A procession of Maryland officials sharply criticized the Reagan administration's budget cuts today but told a congressional committee they have been able to cope with some of the cuts by trimming expenses, juggling funds and relying on private sources.

Their message received a sympathetic ear from the sponsors of the hearing, 17 Democratic members of the U.S. House Ways and Means Committeee who came here on the first of a series of "field" hearings that will be held around the country to measure the impact of the cuts.

The committee's 11 Republicans are boycotting the hearings, billed by chairman Dan Rostenkowski (D-Ill.) as the first outside Washington in the committee's history. "Maybe they're embarrassed to show up," said Rostenkowski after the 3 1/2-hour hearing in City Hall chambers.

Rep. Barber Conable (R-N.Y.), the committee's ranking Republican, had another explanation for staying away from what he called "a purely political exercise."

"Their the Democrats' purpose is to attack the program of the Reagan administration," he said. "We have no desire to participate in that."

While criticizing the impact of the cuts on the elderly and unemployed, some of the witnesses made it clear they grudgingly are finding ways to cope with at least some of the cuts.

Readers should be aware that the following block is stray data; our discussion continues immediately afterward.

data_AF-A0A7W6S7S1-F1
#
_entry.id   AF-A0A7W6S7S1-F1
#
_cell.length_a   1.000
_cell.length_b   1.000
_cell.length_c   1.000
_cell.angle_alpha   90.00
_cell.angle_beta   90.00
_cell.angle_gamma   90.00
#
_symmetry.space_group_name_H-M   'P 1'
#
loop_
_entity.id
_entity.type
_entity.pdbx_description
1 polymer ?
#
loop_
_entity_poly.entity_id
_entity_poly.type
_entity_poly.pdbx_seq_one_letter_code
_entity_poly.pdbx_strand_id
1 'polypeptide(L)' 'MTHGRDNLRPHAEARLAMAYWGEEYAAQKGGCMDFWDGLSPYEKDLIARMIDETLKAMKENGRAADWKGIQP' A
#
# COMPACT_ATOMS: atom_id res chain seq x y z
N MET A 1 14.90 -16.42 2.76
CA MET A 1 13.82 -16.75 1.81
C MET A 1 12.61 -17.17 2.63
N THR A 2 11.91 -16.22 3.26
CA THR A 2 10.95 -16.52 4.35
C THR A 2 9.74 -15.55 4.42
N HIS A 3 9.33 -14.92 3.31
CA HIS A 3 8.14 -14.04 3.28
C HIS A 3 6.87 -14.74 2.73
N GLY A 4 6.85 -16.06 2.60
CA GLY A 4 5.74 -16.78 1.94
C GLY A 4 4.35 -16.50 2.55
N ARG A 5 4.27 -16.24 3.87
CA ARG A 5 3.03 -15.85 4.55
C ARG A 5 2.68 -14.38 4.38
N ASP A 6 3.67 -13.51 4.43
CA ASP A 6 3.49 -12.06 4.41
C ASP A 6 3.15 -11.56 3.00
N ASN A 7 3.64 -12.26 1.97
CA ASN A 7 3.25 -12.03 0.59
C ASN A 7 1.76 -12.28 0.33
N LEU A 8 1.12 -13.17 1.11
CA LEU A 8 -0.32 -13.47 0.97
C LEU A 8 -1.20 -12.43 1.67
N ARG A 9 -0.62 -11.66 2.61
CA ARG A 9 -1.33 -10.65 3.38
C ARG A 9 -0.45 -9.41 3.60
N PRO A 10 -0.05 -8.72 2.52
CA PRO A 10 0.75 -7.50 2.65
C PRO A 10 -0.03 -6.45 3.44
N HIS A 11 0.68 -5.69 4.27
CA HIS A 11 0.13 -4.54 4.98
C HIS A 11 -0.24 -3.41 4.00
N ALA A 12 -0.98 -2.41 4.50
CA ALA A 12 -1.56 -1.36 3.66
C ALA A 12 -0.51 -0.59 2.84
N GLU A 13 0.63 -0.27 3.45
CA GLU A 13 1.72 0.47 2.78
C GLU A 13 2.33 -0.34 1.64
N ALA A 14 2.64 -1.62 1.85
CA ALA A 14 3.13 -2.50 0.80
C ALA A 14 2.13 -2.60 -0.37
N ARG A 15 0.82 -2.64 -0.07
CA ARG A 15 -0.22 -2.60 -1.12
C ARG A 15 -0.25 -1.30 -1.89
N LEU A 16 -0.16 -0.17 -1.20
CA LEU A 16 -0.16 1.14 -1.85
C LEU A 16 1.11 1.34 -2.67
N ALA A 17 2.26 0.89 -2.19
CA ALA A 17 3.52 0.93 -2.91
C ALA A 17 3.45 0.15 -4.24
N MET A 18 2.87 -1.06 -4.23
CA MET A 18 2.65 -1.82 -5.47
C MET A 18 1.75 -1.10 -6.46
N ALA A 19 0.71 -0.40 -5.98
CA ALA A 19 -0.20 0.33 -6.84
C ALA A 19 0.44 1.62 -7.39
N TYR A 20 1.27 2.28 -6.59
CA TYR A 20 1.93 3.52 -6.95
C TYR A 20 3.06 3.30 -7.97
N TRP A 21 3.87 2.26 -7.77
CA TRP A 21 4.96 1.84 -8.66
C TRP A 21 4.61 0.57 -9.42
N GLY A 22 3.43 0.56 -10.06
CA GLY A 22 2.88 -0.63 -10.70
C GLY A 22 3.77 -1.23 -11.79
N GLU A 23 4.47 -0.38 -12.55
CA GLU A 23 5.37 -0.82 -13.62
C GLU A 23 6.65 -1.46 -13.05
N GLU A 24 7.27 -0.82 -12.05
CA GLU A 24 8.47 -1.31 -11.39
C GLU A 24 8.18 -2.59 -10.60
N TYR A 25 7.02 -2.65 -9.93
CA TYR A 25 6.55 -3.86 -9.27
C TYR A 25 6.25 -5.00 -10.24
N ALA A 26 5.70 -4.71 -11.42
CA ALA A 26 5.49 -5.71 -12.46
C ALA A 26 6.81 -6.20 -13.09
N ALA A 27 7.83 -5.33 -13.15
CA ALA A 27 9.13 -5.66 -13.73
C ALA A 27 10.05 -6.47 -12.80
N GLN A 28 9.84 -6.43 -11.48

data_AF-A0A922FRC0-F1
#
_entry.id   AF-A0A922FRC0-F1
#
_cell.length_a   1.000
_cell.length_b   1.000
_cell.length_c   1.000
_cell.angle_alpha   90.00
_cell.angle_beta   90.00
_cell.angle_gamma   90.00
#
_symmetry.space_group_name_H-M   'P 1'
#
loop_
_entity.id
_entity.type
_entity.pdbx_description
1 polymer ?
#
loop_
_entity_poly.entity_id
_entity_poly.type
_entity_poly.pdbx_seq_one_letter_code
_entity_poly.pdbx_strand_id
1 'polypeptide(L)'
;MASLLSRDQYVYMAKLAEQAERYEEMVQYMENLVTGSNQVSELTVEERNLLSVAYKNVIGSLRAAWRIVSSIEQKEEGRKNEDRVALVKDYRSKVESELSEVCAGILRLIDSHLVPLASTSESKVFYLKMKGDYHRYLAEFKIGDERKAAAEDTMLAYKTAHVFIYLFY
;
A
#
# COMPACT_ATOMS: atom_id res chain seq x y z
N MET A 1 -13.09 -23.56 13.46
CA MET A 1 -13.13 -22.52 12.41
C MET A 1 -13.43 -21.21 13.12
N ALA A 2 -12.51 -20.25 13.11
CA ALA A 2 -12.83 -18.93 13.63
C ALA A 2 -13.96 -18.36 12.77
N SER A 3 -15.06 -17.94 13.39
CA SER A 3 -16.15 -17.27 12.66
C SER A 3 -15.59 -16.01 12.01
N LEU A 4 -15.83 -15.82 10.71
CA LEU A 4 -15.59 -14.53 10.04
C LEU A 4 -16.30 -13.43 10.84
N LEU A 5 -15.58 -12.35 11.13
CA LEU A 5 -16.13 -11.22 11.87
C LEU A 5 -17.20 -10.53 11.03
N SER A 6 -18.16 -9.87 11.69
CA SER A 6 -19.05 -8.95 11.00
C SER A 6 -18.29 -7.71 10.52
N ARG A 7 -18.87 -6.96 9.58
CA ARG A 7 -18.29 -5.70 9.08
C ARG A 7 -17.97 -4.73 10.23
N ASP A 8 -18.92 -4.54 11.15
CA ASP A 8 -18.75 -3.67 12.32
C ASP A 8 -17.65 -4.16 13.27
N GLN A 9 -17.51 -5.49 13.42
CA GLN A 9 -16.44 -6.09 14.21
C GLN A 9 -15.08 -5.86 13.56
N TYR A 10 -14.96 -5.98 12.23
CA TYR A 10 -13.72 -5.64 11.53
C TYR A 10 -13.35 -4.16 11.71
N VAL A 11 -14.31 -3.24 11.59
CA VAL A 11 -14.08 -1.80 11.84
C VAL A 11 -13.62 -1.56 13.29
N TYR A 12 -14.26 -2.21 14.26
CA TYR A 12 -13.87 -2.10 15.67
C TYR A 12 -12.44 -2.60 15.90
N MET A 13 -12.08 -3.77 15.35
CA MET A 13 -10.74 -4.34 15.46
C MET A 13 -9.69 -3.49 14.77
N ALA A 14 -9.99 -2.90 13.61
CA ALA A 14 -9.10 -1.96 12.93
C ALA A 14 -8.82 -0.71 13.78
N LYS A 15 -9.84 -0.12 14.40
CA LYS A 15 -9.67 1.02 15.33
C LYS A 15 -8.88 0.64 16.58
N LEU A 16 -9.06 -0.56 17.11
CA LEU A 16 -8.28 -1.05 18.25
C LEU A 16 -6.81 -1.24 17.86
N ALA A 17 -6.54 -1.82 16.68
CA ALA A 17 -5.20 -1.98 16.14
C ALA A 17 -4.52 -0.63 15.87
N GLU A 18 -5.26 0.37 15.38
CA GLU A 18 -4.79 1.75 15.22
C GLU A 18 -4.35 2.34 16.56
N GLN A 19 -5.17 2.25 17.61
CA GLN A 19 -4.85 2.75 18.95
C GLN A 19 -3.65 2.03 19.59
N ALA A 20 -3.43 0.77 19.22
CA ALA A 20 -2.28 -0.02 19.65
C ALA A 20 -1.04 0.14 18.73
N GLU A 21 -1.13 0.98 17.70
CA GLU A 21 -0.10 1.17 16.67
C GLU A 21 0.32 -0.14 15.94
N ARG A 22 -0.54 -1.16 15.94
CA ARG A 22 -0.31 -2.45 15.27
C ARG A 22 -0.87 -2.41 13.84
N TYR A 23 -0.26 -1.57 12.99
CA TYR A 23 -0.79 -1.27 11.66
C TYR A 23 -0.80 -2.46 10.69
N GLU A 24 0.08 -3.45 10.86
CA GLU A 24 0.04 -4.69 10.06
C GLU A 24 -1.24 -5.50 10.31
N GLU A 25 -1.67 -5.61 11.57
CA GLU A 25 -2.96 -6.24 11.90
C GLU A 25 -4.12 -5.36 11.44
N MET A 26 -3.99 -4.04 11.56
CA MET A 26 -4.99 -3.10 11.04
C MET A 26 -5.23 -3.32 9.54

Baltimore Mayor William Donald Schaefer, for example, has formed a businessman's group, termed "Blue Chip-In" to replace $500,000 in social programs trimmed by the Reagan administration. The Baltimore Gas & Electric Co. is undertaking a weatherization program using former CETA workers. Another program, which supplies emergency winter wear -- coats, sleeping bags and gloves -- is being salvaged by the Noxell Corp.

Gov. Harry Hughes decried the "breathtaking breakneck speed" of the cuts, but testified he is transferring money from other funds to maintain "effective" programs for crippled children, alcoholism and drug addiction.

Charles R. Buck Jr., secretary of Health and Mental Hygiene, conceded that the $3 million in Medicaid funds Maryland expects to lose can be absorbed, but then issued a warning.

"If further cuts are imposed -- such as those recently proposed by Secretary Schweiker's entitlements task force -- or the Medicaid cap idea is revived," he said, "we will not be able to continue to provide Medicaid coverage for indigent Maryland residents."

Schaefer, in an exercised and impassioned speech against the cuts his city is sustaining, said "The business community can't take up the slack."

The commitee plans four more field hearings in December and January, in St. Louis, Detroit and two West Coast cities.